Neil Young—ON THE BEACH (1974)

r-579392-1151781228-jpegAssigned by: Diabli Ben

Reviewed by: Victor Guimarães

Dear reader, do you believe in coincidences? I personally don’t, but the concept of it and its psychological implications had always amused me, as well as other related stuff, such as dé ja vu (which happens often to me). And being assigned a Neil Young album surely do fit my coincidence-meter.  It might need to be a bit calibrated, but ok. Easy, I’m going to explain why. But for now, can’t complain about the quality of the assignment, Neil’s a legend with his own star in Canada’s walk of fame with a strong discography that I’d recommend to anyone. But for now, let’s focus on this record, On the Beach.

July, 1974. Amazing days for music, which I haven’t lived, sadly. Ok, partially sad. Those times, Young released On the Beach, an album whose impact at that time wasn’t pretty – it’s got mixed reviews at best, sold poorly and is the second of the then-infamous Ditch Trilogy. Ok, today it’s well regarded, but I might imagine what it have been to Young, especially after the previous record, Time Fades Away (the first of the infamous aforementioned trilogy) was subjected to the same critics. Guess the public was in dire need of more Harvest-like albums, his last best-seller, which sounds indeed different from the trilogy. While Harvest sported a much more pop approach and easier to digest lyrics, the Ditch Trilogy had a slightly different tune on sound and way different lyrics. From the three, the first one, Time Fades Away is the most similar to Harvest, apart already far from it, and the last one released, Tonight’s the Night, might have been the most artsy and misunderstood, and On the Beach, the middle one, might can be considered a progression between these two. This two-sided, eight-track effort sports a crude sonority and a somewhat raw production that makes you feel like you’re listening to a live session. Expect great instrumentals. Not overwhelming great, but perfect matches between instruments, with the right notes and chords in the right tempo, in the right moment. The crudity of the record is powered by its amazing basslines and percussion, giving the whole record a kinda bluesy feeling to Young’s common folkish rock. While not sporting awe-inspiring guitar solos, guitars are solid. All songs are very pleasant to listen to, exhibiting good-to-great melodies powered by his amazing voice. Lyrics are quite pessimistic, which kinda fits the heavier, bleak, bluesy vibe of the record. And while most of Young’s 70s records are full of great finishes, I got the feeling that On the Beach is much more powerful and talented in from the beginning to the middle.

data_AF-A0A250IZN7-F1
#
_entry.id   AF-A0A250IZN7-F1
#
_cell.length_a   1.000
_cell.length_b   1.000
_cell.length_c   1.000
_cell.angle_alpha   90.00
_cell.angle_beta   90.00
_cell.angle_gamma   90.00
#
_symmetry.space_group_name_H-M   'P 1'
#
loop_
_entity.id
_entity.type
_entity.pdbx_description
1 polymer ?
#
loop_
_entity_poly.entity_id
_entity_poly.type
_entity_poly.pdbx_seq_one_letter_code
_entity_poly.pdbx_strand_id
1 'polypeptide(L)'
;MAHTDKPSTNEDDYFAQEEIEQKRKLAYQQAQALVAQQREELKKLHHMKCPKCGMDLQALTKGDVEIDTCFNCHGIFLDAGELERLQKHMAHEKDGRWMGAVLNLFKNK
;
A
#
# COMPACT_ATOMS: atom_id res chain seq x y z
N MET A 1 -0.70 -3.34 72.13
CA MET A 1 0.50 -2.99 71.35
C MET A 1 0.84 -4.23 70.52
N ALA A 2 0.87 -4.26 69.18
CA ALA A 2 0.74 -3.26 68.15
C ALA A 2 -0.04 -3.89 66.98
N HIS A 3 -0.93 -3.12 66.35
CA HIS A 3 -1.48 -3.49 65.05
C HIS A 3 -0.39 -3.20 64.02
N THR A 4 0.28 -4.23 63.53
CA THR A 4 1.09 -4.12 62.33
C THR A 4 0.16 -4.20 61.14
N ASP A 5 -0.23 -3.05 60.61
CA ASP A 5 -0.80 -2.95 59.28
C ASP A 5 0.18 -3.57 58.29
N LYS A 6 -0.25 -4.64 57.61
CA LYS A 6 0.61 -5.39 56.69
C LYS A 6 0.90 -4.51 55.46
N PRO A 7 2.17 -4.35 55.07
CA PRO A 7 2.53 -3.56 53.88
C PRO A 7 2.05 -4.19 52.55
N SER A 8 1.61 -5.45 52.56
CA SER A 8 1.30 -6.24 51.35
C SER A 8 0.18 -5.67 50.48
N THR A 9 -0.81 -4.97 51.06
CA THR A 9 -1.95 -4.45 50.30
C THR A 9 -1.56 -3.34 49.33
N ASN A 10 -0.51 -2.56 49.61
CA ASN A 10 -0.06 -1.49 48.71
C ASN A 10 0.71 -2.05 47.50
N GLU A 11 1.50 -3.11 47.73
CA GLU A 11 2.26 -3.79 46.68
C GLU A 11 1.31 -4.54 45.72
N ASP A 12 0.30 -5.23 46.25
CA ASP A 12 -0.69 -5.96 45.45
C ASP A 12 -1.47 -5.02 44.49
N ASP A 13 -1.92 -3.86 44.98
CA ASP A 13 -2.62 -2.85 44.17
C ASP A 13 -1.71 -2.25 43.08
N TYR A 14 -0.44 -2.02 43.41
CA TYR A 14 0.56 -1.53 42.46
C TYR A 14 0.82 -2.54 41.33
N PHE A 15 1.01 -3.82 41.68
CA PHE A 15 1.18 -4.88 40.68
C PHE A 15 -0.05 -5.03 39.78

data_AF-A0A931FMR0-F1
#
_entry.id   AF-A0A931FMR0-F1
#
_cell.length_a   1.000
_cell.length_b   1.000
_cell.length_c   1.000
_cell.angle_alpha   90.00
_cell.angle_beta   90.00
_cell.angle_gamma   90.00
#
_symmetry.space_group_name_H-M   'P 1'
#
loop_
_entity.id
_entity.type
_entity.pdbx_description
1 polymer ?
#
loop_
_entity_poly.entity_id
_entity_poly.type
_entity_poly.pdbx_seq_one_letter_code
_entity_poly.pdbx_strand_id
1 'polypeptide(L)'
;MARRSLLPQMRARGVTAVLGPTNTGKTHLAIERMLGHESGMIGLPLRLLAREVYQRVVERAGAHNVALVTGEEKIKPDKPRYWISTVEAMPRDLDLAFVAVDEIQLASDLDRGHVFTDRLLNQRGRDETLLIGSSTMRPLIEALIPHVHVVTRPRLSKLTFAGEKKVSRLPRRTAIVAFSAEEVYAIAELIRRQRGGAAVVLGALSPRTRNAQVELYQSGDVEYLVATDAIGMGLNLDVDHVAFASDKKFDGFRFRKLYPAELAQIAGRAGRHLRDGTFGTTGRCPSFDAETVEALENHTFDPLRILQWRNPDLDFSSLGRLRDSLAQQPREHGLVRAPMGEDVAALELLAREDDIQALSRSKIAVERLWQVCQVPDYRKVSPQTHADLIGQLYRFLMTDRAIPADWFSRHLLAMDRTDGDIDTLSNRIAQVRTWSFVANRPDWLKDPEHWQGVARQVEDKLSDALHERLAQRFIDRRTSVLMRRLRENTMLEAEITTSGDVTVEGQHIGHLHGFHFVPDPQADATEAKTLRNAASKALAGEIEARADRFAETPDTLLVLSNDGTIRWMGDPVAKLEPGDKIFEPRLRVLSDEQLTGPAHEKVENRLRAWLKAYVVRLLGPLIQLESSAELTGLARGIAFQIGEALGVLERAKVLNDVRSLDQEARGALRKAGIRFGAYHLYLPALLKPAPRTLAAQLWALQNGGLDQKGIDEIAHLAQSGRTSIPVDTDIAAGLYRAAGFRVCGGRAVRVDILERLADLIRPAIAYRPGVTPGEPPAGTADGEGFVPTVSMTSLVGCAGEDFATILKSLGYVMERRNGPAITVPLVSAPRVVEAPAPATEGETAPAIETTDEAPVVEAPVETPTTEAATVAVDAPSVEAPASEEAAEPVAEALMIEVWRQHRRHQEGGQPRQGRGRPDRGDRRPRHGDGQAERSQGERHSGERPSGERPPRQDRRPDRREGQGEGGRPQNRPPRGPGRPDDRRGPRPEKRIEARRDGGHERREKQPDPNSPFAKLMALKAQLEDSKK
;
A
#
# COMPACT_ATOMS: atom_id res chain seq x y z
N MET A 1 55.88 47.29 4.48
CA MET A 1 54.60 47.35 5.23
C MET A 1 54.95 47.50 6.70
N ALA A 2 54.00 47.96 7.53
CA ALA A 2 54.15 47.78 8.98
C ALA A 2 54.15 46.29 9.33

Coincidence or not, that pessimistic crudity is exactly what I was needing in the middle of a quite busy, hectic week, and, ironically, listening to On the Beach kinda lifted my mood in the midst of endless traffic and hard deadlines. I was familiar with Young’s work and this timely assignment plus the feeling of listening to it in this week situation gave me a curious, but comfortable feeling. Dé ja vu, huh? Hahaha! Of course, hard days are not needed to enjoy the discography of this canadian legend, and if you’re looking for a first-misunderstood-then-acclaimed classic with amazing blues-lite instrumentals you might schedule your next tour On the Beach.

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Author: Graham Warnken

I’m not locked in here with you, you’re locked in here with me. Or you could just, y’know, load another webpage.

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